The New York State Department of Environmental Conservation (NYSDEC) recently announced proposed amendments to the regulations implementing the State Environmental Quality Review Act (“SEQRA”), 6 N.Y.C.R.R. Part 617. The amendments mark the first update to the SEQRA regulations in over 20 years. According to a press release issued by the NYSDEC, “[t]he update is designed to encourage smart growth and sustainable development across the state” and is intended to compliment the agency’s implementation of the New York State Lean Initiative, which the NYSDEC says has “improved public responsiveness and performance at DEC while maintaining high standards of environmental and natural resource protection.” The press release explains that “[t]he proposed amendments to SEQR will both streamline and strengthen the State’s environmental review process by expanding the actions not subject to further review, known as Type II actions, modifying certain thresholds for actions deemed more likely to require the preparation of an environmental impact statement (EIS), making scoping of an EIS mandatory rather than optional, and making the acceptance procedures for a draft EIS more consistent.” Examples of proposed Type II actions that would be added to the SEQR regulations include: installation of broadband within an existing right-of-way; green infrastructure upgrades or...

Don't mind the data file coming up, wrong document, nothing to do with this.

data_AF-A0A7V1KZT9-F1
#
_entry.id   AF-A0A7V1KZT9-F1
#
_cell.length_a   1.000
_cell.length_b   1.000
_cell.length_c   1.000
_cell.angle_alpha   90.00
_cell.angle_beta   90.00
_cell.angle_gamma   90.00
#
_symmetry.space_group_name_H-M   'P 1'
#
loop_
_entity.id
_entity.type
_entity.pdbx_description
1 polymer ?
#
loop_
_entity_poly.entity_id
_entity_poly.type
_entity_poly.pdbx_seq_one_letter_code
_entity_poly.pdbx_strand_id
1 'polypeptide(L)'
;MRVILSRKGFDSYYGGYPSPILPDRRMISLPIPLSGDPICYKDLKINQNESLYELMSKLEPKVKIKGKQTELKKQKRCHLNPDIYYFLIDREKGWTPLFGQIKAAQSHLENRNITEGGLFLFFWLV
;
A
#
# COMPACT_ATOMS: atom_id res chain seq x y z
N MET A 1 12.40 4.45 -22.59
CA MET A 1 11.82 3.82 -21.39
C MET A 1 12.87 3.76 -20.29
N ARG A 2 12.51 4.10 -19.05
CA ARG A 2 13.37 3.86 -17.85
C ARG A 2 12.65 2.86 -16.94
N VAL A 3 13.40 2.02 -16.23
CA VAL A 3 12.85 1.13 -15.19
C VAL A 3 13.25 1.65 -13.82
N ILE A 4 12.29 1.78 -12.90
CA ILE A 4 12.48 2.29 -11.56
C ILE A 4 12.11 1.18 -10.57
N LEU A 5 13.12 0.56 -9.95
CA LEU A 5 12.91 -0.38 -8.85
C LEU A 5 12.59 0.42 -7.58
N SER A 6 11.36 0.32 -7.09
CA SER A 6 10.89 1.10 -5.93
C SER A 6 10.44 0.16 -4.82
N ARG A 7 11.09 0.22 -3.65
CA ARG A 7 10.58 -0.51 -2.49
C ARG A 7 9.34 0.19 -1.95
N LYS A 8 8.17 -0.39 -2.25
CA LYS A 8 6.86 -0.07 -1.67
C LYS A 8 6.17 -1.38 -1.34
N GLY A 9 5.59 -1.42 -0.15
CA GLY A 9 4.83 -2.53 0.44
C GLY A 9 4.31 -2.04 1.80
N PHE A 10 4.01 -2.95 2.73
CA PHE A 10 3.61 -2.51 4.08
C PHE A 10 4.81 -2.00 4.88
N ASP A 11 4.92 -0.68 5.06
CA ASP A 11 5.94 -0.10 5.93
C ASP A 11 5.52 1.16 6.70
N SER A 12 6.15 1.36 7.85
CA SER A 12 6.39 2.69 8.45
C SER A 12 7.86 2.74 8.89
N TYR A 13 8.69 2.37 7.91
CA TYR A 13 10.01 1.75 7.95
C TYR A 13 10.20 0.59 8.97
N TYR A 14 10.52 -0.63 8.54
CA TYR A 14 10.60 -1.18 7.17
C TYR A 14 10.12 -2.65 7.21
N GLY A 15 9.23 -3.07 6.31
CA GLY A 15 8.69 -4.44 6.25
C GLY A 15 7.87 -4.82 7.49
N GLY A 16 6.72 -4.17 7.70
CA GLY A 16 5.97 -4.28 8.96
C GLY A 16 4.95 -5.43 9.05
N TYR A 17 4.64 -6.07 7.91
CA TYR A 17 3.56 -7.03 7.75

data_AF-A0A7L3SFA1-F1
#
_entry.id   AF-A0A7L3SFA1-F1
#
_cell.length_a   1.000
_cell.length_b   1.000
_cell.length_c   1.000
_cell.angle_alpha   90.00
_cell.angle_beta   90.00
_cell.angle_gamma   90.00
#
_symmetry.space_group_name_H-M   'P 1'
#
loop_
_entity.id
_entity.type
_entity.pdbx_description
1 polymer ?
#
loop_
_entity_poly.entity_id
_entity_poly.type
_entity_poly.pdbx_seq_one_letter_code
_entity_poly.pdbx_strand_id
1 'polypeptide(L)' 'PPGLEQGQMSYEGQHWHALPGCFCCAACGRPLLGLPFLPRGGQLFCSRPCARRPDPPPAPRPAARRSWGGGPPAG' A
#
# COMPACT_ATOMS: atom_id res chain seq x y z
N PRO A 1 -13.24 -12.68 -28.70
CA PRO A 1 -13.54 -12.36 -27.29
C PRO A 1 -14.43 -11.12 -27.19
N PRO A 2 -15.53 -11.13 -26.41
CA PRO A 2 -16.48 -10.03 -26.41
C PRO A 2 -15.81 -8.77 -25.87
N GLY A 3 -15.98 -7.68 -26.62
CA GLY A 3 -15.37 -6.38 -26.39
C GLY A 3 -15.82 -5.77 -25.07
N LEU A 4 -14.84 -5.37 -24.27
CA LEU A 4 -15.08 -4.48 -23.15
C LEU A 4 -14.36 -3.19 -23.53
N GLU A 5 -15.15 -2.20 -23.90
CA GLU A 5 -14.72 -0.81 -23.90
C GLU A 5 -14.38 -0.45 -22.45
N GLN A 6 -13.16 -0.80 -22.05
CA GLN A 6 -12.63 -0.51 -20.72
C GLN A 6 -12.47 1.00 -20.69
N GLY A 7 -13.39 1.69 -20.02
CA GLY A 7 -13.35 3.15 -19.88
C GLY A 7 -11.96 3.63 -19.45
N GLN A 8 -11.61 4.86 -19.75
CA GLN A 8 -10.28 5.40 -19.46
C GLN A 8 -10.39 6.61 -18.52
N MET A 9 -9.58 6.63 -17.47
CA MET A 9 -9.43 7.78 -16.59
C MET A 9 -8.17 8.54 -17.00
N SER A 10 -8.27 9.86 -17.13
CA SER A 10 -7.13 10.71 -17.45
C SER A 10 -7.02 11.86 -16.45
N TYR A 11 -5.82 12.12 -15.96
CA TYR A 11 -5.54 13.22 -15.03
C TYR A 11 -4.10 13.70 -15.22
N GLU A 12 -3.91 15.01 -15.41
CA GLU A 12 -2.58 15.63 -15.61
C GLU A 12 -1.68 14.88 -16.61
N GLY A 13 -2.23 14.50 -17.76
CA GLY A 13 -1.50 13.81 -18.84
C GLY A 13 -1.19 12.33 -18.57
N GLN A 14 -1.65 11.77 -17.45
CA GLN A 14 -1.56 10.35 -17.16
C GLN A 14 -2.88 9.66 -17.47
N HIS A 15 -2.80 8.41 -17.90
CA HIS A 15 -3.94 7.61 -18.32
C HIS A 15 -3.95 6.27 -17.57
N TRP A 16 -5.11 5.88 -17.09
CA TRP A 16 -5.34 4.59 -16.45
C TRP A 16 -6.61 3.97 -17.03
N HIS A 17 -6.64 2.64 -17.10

David J. Freeman, a Director in the Gibbons Real Property & Environmental Department and Co-Chair of the Brownfields Task Force of the Environmental Law Section of the New York State Bar Association, will speak at an upcoming seminar on “New York State’s Brownfield Cleanup Program: What to Look for in 2017.” The seminar is sponsored by the New York City Brownfield Partnership and will take place on February 7 from 9:00 to 10:00 a.m. Mr. Freeman and other panel members will review the major changes to the Program made by the 2015 amendments to the state’s Brownfield Cleanup Act, including the new definition of “brownfield site”; new deadlines for admission to the Program and for issuance of Certificates of Completion; new rules and DEC procedures with respect to costs that qualify for site preparation tax credits; and restrictions on tangible property credits for properties in New York City, including DEC’s new definition of an “underutilized” site.